Consequently, I am deeply concerned with the way President Obama has responded to the attacks on our embassies and the demonstrations. Many people have been concerned that by blaming the Libyan-embassy attack on the video and excessively condemning the video in relation to the attack, the President inadvertently helped Islamists use the video as an excuse to cause unrest throughout much of the Muslim world. In the process, the hidden evil associated with persecution and the rape of Christian girls was trivialized.
To make matters worse, according to articles by The Daily Beast and the Associated Press, the American embassy in Libya had been bombed prior to the anniversary of 9-11, and our people asked the State Department for increased security. It was refused. Yet the President repeatedly said the attack on the embassy that killed Ambassador Christopher Stevens and three other Americans was caused by the video. It was not. It was almost certainly a premeditated attack by al Qaeda.
Some people are now suggesting that the attack on our embassy in Libya made President Obama's Middle-East policies look bad, so he lied about the attack to provide political cover while campaigning for re-election. When President Obama attacked Libya in order to unseat Muammar Gaddafi, he enabled Islamists to gain a foothold in parts of Libya, including al Qaeda. And it is believed that he either armed some Islamists or allowed them to hijack stockpiles of Gaddafi's armaments. It has even been suggested that these weapons may have been used in the attack on the embassy.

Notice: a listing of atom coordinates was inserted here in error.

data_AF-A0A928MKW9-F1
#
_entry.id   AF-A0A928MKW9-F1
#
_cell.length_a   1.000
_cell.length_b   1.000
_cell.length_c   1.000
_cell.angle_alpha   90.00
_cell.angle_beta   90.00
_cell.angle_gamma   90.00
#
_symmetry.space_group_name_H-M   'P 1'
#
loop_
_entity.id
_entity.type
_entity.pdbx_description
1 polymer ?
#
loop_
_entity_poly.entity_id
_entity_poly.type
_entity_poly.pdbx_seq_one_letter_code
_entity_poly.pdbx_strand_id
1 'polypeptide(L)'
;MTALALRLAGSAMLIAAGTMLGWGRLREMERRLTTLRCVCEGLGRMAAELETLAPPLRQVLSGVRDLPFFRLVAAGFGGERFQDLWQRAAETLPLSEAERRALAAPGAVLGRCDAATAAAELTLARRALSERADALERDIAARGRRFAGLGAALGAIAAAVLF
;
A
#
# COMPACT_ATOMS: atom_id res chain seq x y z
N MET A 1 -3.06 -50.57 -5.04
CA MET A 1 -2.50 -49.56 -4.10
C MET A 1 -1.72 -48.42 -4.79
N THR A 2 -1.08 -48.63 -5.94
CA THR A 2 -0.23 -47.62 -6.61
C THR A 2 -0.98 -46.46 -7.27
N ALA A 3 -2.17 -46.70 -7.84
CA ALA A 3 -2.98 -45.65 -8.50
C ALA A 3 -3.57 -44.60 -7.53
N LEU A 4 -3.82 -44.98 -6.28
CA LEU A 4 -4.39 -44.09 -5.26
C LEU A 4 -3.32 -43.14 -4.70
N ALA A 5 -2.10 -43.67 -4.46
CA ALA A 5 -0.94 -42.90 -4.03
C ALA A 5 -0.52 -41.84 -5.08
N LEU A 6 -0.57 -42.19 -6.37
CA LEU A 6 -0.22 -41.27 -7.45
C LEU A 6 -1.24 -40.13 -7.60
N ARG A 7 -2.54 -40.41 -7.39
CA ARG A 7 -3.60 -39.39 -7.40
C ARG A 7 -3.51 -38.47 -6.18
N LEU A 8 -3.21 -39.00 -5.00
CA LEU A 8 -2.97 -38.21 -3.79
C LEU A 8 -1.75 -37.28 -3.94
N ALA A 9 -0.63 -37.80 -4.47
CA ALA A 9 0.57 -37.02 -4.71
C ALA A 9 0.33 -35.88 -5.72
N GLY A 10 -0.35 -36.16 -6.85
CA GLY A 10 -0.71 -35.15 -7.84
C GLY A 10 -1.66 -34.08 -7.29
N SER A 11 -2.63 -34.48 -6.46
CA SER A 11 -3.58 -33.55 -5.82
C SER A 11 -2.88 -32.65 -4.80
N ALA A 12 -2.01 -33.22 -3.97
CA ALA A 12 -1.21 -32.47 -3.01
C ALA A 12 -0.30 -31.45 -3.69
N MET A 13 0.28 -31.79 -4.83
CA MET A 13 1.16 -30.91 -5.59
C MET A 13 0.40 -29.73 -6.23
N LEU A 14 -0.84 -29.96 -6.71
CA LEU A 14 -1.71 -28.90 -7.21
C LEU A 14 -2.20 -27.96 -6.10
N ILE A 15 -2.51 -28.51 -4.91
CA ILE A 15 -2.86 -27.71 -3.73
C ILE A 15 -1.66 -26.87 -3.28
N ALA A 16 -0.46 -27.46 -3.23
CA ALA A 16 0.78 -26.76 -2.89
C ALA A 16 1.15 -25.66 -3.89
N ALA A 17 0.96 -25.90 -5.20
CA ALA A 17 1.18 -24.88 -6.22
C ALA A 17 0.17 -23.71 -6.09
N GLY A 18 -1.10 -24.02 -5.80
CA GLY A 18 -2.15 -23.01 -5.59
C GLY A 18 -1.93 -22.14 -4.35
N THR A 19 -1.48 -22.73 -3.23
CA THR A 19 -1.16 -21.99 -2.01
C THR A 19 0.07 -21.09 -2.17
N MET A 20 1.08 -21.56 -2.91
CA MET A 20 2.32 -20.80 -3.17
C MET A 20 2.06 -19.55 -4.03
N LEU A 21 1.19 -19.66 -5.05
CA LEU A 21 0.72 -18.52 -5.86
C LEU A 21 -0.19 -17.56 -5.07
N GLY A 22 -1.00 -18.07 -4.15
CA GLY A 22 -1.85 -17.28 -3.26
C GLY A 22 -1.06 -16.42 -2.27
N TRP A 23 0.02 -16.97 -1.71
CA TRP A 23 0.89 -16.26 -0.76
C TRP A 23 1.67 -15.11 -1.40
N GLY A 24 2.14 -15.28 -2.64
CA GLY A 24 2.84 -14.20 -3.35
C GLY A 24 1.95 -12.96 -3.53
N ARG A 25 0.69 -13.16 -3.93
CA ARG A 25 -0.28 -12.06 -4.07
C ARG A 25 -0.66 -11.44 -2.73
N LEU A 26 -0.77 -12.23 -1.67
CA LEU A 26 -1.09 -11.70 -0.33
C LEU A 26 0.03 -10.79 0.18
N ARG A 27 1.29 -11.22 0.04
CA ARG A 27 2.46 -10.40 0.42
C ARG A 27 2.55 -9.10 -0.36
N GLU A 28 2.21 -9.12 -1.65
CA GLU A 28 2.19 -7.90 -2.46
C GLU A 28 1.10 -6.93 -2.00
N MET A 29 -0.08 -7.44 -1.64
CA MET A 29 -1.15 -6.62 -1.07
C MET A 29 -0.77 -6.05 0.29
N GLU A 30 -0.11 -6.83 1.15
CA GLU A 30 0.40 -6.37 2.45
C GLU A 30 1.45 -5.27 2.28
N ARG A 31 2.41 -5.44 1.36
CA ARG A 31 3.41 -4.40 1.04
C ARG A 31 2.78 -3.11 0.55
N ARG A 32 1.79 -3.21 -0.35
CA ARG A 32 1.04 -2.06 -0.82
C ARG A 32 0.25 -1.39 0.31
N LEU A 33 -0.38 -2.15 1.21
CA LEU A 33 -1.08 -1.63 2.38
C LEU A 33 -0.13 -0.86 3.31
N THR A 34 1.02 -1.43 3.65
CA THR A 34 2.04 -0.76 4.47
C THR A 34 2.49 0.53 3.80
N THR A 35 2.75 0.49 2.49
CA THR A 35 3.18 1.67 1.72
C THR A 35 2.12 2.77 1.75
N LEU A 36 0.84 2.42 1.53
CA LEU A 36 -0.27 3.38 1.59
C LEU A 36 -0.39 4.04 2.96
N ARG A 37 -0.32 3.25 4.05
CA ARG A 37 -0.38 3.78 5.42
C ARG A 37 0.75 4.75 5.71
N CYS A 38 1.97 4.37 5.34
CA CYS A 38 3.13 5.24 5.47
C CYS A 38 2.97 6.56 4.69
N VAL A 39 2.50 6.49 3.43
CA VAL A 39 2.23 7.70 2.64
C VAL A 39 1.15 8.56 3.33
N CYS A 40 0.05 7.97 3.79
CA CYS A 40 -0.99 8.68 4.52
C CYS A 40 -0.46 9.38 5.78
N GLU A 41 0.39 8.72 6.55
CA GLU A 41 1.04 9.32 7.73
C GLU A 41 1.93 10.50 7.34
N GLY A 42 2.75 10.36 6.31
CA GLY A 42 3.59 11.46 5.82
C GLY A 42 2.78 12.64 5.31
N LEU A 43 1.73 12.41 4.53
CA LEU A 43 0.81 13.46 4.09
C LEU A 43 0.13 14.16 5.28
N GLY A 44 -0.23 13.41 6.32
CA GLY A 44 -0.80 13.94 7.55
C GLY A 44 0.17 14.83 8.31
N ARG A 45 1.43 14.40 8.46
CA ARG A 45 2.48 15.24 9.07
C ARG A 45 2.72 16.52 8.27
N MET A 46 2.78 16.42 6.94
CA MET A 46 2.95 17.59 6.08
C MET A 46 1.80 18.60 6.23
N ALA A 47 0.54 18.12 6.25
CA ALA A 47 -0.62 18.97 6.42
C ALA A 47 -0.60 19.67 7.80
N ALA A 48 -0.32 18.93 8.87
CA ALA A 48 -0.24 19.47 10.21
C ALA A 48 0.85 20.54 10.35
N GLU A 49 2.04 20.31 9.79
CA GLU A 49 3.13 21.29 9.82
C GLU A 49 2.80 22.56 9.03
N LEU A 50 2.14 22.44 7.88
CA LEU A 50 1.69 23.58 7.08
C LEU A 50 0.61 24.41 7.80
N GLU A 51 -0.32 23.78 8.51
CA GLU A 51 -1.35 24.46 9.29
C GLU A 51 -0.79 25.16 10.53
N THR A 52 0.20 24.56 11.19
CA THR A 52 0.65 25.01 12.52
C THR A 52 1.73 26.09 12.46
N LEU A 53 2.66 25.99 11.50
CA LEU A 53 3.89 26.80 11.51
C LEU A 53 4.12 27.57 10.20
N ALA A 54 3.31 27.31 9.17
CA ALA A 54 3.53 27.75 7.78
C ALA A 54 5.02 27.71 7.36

I do not expect the President of the United States to view the world through Catholic eyes, but I do expect him to act within the parameters of objective reality and common decency, and not to put politics or ambition above the lives of innocent children like Allah Rakhi and Shumaila Masih.
As Catholic Americans, we cannot turn our eyes from the hypocrisy and the evil that has been laid bare for us to see. Our brothers and sisters in Christ need our help. And we can give them that help by raising our voices in prayer and by making our voices heard when we vote in November.
Michael Terheyden was born into a Catholic family, but that is not why he is a Catholic. He is a Catholic because he believes that truth is real, that it is beautiful and good, and that the fullness of truth is in the Catholic Church. However, he knows that God's grace operating throughout his life is the main reason he is a Catholic. He is greatly blessed to share his faith and his life with his beautiful wife, Dorothy. They have four grown children and three grandchildren.